Sino-US ties on brink over Taiwan Travel Act

By Wang Congyue Source:Global Times Published: 2018/2/12 19:53:39

Illustration: Liu Rui/GT

The US Senate Committee on Foreign Relations on Wednesday passed the Taiwan Travel Act, allowing visits between the island and the US at all levels, including high-ranking officials after the House passed the bill on January 9. The bill will become law after it is passed by the US Senate and signed by the president.

In that case, US President Donald Trump's administration will break the US commitment to maintaining unofficial relations with Taiwan, challenging China's red line. It will also undo efforts of former US presidents and experts to balance relations with Chinese mainland and Taiwan as well as regional security. Being capricious and self-negating in diplomacy has become a mark of declining strength of the US.

The Taiwan question, which relates to national sovereignty and territorial integrity, concerns China's core interests. Adhering to the one-China policy and the three joint communiqués between Beijing and Washington is the premise and the political foundation for orderly, healthy and stable bilateral relations.

Due to a steeper learning curve after taking office, Trump hasn't fully realized what significance the Taiwan question carries for Sino-US ties and international stability, hence failing to deal with it discreetly.

The businessman-turned president applied his transactional mind-set in international relations and chose to play the Taiwan card as an easy way to bargain with China. After all, using other issues like trade, the South China Sea and North Korea seems not to be working out well.

Meanwhile, some pro-Taiwan hawks around Trump have tried to build up the momentum for Washington to adjust its policy toward Taiwan while right-wing conservative think tanks kept up their lobbying efforts. As a result, the Republican's pro-Taiwan stance, discouraged by the Obama administration, has gained ground. Guided by the "America First" doctrine, the Trump administration will probably continue raising the Taiwan question in Sino-US relations.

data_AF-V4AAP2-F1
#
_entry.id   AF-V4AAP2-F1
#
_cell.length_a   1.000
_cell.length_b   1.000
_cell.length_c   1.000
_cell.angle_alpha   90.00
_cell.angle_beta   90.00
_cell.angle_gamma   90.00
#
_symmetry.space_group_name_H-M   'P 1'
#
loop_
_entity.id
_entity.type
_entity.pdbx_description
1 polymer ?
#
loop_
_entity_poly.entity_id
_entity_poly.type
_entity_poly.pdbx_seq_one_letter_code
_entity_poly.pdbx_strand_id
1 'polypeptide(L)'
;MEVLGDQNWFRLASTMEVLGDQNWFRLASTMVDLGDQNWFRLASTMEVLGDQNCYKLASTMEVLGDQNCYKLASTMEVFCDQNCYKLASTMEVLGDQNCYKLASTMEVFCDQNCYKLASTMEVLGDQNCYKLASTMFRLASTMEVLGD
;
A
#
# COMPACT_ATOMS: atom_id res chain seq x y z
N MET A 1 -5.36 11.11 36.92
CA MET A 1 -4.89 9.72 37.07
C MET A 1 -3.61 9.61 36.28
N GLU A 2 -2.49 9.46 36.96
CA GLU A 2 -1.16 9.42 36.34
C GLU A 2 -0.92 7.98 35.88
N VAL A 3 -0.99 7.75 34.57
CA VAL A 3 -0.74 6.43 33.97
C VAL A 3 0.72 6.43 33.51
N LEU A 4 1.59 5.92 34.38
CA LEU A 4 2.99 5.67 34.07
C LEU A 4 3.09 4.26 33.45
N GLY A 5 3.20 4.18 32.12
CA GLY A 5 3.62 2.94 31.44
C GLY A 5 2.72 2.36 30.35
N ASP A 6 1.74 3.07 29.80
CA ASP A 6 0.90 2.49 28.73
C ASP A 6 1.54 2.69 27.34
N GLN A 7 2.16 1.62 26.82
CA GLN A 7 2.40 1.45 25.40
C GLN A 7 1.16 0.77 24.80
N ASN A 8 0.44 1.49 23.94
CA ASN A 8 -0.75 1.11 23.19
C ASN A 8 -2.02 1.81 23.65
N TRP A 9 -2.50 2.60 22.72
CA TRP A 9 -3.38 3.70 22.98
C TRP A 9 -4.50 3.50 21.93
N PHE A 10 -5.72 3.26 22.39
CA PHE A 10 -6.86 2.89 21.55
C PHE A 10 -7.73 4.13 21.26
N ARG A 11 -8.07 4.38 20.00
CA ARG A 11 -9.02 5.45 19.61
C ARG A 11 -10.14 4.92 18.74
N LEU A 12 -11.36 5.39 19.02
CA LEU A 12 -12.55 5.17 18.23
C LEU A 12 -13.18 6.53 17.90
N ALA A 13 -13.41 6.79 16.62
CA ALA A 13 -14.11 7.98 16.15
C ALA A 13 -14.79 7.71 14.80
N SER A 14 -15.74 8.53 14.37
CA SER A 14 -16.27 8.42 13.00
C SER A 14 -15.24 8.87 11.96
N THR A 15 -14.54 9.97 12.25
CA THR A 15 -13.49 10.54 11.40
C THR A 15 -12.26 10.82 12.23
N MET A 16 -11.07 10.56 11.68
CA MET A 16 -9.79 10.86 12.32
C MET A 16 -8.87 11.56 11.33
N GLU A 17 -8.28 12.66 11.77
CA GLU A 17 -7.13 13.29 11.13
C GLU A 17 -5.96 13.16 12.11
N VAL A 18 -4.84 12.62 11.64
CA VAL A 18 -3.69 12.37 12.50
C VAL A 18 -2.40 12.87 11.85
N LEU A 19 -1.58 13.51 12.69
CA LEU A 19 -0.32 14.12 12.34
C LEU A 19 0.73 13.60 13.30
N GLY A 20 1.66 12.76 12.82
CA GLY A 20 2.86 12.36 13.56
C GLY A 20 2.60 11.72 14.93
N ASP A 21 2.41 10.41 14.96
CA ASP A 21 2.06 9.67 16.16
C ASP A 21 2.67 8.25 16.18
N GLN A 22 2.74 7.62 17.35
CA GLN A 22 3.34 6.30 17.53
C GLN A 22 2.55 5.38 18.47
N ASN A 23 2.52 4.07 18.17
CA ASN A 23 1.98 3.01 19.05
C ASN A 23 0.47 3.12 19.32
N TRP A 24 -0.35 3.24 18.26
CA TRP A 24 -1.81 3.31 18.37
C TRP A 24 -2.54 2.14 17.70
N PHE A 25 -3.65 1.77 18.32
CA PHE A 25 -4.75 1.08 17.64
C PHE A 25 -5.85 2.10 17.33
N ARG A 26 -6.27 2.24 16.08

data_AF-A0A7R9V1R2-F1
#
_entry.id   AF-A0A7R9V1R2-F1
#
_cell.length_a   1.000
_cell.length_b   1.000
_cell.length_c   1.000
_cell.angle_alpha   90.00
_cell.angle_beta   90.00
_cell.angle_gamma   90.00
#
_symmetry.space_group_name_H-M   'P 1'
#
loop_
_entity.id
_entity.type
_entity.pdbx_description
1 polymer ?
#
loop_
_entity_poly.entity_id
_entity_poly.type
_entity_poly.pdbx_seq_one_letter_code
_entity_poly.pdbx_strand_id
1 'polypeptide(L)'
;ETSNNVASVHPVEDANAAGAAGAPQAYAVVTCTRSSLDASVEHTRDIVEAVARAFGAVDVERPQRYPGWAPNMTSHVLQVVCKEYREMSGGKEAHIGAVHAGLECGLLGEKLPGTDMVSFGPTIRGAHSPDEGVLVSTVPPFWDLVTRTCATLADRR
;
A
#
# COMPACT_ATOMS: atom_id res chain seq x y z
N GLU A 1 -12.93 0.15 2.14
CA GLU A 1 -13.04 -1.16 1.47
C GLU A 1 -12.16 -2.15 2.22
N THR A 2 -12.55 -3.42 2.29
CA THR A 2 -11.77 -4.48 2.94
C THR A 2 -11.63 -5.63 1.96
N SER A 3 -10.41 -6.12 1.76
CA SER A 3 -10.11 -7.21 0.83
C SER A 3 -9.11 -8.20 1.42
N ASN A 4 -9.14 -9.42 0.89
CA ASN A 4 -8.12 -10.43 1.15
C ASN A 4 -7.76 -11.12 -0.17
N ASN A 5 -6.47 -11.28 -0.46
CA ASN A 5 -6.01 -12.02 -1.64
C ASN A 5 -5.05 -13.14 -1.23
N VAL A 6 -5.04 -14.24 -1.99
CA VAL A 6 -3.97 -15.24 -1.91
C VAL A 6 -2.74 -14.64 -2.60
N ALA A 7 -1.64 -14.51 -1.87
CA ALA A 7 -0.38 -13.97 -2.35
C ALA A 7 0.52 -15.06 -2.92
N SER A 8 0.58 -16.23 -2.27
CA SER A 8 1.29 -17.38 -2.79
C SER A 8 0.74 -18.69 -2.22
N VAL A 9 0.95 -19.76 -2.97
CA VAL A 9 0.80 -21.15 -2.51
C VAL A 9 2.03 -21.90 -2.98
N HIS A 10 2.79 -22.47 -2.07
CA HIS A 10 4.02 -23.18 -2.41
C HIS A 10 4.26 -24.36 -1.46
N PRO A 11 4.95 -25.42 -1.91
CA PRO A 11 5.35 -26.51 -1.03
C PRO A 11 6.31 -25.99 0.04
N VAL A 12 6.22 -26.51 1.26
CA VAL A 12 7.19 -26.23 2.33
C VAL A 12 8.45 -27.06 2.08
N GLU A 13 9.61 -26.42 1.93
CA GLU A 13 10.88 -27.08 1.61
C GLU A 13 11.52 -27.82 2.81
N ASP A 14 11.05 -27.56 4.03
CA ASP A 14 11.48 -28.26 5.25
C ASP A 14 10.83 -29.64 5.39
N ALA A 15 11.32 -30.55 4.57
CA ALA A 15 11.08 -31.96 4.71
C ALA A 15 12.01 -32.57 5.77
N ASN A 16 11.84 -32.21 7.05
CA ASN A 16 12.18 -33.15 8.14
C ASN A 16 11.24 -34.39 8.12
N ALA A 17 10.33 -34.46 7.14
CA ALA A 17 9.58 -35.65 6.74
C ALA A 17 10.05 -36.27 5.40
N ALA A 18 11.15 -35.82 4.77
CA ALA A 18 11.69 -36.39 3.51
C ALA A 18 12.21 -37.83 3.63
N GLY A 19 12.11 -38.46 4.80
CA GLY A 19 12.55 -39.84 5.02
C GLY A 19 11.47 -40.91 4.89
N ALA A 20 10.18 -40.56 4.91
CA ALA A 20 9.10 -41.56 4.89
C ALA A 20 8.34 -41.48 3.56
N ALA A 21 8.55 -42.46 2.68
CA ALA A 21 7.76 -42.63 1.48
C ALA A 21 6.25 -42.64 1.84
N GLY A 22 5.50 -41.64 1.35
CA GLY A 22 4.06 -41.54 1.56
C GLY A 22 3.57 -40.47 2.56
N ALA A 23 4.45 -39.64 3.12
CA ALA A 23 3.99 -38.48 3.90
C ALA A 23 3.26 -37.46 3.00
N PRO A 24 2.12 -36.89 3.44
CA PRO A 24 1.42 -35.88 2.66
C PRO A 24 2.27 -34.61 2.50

The Taiwan Travel Act is one of the US Congress' portfolio moves to check China. Once the bill becomes law, Washington would intentionally use Taiwan as an instrument against China in its Indo-Pacific strategy and meddle in cross-Straits relations. Besides, the US will also calculate its moves to collect intelligence from the mainland with the help of Taiwan.

Given its capability of managing cross-Straits and Sino-US relations, the mainland will not back off over an issue that concerns national dignity. As a result, China and the US may be mired in confrontation. The situation may turn more serious than during former Taiwan leader Lee Teng-hui's trip to the US in 1995.

However, whether the bill will become law remains uncertain. It is based on the attitude of US administrative departments. Although Trump has repeatedly doubted former US administrations' adherence to the one-China policy and even phoned Taiwan leader Tsai Ing-wen right after being elected president, his administration has gradually realized that Sino-US relations are more vital than the Taiwan question. The US' continuous bid to balance the role between the mainland and Taiwan will benefit the country and bring it closer to its global strategic goals. It is a better choice than confronting the mainland. Hence, cross-Straits military conflicts or making the Taiwan question a hurdle in Sino-US relations are not in Washington's interests.

The bill also faces massive public pressure inside the US. Distinguished American professor Dennis V. Hickey, an expert in cross-Straits relations, is highly disapproving of the act. "This bill ought to die in the Senate: it is frivolous, unnecessary, and provocative," he said.

Above all, the bill was passed by the US Senate Committee on Foreign Relations probably because senators used it to gain more votes as the US midterm elections are approaching. But Washington needs to keep in mind that if the bill eventually becomes law, the consequences for Sino-US ties, Asia-Pacific region and world peace will be hard to imagine.

The author is assistant research fellow at the Institute of American Studies, Chinese Academy of Social


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